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Dr. Kalpakis CMSC 621, Advanced Operating Systems. Fall 2003 URL: Distributed System Architectures.

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Presentation on theme: "Dr. Kalpakis CMSC 621, Advanced Operating Systems. Fall 2003 URL: Distributed System Architectures."— Presentation transcript:

1 Dr. Kalpakis CMSC 621, Advanced Operating Systems. Fall 2003 URL: Distributed System Architectures

2 CMSC 621, Fall 2003 2 URL: Distributed Systems A distributed system is a system that consists of several machines that do not share memory or clock communicate via messages over a network have their own memory and other resources run their own OS different approaches in managing local and remote resources due to their different costs of using and managing them

3 CMSC 621, Fall 2003 3 URL: Why Distributed Systems? Significant price/performance over centralized time-sharing systems resource sharing enhanced performance improved reliability and availability modular expandability Architecture types minicomputer (#cpus / #users << 1) workstation (#cpus / #users ~= 1) processor pool (#cpus / #users >> 1) Distributed OS offer transparency in using system resources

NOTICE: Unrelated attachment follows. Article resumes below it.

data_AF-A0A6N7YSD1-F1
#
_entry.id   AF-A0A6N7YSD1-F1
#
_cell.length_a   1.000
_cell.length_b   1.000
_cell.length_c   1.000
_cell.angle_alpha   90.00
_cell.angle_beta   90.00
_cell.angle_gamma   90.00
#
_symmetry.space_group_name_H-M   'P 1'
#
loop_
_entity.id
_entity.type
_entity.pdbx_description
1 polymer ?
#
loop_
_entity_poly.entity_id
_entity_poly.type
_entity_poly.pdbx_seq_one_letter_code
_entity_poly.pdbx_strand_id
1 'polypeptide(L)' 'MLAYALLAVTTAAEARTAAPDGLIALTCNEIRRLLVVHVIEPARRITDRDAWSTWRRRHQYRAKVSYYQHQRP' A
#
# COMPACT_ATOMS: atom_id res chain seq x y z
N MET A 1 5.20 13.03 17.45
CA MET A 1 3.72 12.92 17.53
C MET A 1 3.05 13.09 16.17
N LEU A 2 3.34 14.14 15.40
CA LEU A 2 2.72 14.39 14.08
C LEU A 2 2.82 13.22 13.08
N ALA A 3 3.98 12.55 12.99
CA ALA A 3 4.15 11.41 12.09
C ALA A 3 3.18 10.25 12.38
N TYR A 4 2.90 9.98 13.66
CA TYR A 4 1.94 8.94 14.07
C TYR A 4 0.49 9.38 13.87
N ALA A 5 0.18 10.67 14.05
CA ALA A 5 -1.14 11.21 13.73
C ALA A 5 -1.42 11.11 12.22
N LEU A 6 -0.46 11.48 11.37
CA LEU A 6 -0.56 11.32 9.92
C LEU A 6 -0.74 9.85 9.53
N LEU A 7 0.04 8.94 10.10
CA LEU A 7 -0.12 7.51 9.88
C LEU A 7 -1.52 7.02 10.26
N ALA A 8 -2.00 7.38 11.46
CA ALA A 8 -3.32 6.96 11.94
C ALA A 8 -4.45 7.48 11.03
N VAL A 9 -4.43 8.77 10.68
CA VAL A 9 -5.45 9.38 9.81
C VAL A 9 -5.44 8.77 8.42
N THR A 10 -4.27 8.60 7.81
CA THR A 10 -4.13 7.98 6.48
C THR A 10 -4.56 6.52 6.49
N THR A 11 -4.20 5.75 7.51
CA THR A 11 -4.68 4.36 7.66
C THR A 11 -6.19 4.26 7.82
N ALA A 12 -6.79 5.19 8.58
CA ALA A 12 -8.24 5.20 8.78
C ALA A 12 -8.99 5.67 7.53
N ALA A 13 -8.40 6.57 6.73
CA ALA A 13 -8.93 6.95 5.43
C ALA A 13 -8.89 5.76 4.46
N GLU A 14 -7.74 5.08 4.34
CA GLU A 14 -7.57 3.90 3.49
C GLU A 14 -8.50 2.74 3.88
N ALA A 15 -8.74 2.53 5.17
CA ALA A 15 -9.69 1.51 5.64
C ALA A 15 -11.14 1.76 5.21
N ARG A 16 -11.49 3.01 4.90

4 CMSC 621, Fall 2003 4 URL: Main Issues in Distributed Systems Global knowledge of system state Naming and name resolution of system resources Scalability Compatibility Process synchronization Resource management data & computation migration distributed scheduling Security Structure of system S/W

5 CMSC 621, Fall 2003 5 URL: Global Knowledge & Syncrhonization Complete and accurate knowledge of all processes and resources is not easily available difficulties arise due to absence of global shared memory absence of global clock unpredictable message delays challenges decentralized system wide control total temporal ordering of system events process synchronization (mutex, deadlocks, starvation)

6 CMSC 621, Fall 2003 6 URL: Naming Name/directory service maps logical names of system objects to physical addresses of those objects replicated directories + increase availability, reliability, and performance - replica maintenance and storage needed partitioned directories can overcome some of the problems with replicated directories but finding relevant partition is still an issue

7 CMSC 621, Fall 2003 7 URL: Scalability & Interoperability System performance should degrade gracefully, if at all, as the system grows interoperability levels of system resources binary level (same binaries) execution level (same source code) protocol level (same set of protocols)

8 CMSC 621, Fall 2003 8 URL: Resource Management & Security Resource management make local & remote resources available to users transparently and in an effective and efficient manner approaches data migration (distributed file systems and shared memory) computation migration (e.g. RPC) distributed scheduling Security authentication authorization